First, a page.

This summer, U.S. Department of the Interior Secretary David Bernhardt decided to break up the Bureau of Land Management (BLM), splitting up a number of key programs and scattering those functions across BLM offices in the West. It was a thinly veiled political move meant to force out hundreds of career staffers unwilling to uproot their families and lives to head to parts unknown. Included was a decision to transfer BLM’s political leadership from Washington, D.C., to Grand Junction, Colorado. Now there’s been another eyebrow-raising turn in this controversial relocation. The BLM will share a building with a number of oil and gas companies, including Chevron and Occidental, making ties with fossil fuel allies that depend on easy access to federal lands that much tighter. The strategy seems clear: Clean house of pesky experienced staffers and cozy up to industry pals—a recipe for disaster when it comes to protecting public lands from the oil and gas industry.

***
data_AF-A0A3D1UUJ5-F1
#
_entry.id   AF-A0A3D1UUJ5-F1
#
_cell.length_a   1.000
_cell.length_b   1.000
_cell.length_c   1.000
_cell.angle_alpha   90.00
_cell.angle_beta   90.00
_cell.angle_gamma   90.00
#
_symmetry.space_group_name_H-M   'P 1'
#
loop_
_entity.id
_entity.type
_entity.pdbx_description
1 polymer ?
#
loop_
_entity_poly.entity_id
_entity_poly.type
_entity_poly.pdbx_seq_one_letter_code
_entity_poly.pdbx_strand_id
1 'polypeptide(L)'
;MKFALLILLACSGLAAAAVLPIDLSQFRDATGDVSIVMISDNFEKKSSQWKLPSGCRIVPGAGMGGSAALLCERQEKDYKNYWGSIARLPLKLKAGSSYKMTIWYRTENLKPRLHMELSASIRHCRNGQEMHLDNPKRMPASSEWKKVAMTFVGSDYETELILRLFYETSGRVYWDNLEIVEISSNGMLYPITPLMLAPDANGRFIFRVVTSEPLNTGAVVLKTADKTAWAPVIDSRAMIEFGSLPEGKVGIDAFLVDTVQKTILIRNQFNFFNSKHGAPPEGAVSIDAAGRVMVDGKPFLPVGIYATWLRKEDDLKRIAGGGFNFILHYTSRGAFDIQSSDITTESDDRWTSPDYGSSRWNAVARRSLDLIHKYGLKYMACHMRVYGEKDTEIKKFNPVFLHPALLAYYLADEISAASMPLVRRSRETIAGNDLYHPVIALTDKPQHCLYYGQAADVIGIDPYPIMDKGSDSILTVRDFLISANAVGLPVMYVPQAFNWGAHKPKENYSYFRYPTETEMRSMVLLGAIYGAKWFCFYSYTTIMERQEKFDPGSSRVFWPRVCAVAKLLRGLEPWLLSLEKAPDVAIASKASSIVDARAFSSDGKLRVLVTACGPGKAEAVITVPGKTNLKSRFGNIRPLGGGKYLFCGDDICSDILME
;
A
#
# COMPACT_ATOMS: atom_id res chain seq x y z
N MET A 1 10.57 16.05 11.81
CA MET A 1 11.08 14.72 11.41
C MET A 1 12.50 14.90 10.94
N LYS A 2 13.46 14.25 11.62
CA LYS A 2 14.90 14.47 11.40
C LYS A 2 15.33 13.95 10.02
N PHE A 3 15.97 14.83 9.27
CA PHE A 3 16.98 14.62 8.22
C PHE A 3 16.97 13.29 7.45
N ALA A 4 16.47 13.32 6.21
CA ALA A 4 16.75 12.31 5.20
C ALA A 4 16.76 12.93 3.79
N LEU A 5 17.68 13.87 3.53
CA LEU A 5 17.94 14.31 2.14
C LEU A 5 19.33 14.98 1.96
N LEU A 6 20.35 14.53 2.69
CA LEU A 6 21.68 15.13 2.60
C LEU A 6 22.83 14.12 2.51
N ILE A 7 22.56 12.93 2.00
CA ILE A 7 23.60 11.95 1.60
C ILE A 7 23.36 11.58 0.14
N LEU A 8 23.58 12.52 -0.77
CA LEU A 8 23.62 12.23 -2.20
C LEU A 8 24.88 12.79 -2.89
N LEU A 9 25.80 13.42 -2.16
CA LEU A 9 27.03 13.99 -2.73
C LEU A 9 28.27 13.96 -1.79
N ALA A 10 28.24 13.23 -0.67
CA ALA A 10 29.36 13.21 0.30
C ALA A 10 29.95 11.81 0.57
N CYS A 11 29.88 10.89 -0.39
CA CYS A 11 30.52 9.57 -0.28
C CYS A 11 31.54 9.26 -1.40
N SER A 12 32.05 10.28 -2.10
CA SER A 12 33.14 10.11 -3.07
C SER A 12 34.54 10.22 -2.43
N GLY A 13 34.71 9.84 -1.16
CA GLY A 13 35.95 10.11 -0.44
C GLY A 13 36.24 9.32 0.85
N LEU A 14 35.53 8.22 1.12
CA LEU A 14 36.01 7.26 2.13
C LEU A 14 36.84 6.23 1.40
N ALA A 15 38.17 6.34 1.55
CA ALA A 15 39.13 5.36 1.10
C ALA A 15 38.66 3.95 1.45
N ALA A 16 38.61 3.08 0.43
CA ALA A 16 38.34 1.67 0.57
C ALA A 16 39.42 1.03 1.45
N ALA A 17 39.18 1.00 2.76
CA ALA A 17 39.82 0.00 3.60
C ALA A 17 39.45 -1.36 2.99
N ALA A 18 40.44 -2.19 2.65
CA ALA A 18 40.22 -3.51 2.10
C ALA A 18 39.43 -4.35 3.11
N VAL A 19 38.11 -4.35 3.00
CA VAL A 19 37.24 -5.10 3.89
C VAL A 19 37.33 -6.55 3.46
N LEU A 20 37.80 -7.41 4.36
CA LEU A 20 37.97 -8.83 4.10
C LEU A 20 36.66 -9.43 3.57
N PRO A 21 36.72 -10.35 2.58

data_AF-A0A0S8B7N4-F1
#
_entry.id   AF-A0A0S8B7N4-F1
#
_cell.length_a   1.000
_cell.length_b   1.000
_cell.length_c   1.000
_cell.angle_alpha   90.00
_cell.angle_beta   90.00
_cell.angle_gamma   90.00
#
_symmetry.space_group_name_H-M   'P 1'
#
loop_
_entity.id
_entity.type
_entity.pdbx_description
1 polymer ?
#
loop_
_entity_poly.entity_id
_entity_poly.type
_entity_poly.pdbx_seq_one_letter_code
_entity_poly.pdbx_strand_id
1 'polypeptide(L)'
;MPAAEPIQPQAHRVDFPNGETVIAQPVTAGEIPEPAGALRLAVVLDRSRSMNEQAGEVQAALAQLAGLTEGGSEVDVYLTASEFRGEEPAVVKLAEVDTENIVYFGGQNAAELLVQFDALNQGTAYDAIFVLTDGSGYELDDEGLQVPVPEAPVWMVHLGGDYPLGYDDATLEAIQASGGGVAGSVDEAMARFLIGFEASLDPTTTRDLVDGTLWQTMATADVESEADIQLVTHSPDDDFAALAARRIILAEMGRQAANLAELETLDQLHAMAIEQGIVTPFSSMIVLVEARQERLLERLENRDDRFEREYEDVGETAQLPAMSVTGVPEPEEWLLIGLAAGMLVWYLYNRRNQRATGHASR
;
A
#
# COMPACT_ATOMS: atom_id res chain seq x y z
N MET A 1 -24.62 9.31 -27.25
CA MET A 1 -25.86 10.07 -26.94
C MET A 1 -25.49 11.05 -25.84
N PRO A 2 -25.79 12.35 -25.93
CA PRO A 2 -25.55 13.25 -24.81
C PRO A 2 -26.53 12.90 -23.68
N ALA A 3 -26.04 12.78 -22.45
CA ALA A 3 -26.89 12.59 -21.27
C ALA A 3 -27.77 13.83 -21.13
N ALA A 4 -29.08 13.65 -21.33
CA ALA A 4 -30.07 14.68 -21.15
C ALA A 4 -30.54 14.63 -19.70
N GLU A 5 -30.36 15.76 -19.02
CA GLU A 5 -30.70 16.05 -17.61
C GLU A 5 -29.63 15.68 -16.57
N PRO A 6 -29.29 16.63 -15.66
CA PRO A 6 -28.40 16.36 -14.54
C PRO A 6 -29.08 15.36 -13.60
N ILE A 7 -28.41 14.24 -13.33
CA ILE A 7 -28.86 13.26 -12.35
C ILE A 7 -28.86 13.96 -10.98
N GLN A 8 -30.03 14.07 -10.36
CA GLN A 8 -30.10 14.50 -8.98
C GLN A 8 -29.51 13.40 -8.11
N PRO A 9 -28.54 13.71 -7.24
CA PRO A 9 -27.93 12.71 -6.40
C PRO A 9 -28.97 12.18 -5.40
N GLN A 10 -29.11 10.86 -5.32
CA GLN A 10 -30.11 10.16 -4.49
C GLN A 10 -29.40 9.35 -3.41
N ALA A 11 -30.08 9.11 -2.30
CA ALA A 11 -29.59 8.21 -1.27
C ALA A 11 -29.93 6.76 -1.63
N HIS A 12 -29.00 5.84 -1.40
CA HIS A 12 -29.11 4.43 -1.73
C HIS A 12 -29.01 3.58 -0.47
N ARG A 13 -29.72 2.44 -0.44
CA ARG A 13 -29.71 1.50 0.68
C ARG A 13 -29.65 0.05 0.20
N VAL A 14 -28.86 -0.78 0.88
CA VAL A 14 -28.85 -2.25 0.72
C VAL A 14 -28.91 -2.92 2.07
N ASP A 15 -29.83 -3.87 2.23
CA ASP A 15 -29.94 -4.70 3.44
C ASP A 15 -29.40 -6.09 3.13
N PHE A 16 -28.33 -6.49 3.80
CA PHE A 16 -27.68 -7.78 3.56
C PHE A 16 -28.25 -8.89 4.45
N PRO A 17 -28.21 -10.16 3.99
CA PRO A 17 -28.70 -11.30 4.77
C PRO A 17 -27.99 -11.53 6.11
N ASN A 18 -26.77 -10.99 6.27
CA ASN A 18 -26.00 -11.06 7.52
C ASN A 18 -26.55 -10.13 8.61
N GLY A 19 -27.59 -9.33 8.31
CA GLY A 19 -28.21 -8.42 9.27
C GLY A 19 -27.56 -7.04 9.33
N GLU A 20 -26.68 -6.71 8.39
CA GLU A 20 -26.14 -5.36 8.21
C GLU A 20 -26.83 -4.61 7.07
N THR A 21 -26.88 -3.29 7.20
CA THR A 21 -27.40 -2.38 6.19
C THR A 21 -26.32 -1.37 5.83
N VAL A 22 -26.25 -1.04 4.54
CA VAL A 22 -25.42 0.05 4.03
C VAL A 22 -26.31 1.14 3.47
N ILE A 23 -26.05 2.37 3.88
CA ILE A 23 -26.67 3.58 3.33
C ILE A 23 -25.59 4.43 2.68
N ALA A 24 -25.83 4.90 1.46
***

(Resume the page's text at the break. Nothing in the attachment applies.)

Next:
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PerspectivesUnited StatesJeff Turrentine
The forced relocation of hundreds of staffers is seen by many as a precursor to the agency’s dissolution—and a sell-off of public lands to the states.
Latest NewsUnited StatesJeff Turrentine
While his fellow Cabinet members struggle to fill key positions, Ryan Zinke is staffing the Interior with former lobbyists for oil and gas companies.
ExplainerUnited States, Washington, D.C.Jeff Turrentine
The man who’s likely to replace Ryan Zinke as Interior secretary is a seasoned Washington insider—and (surprise!) a former lobbyist for Big Oil and Big Ag.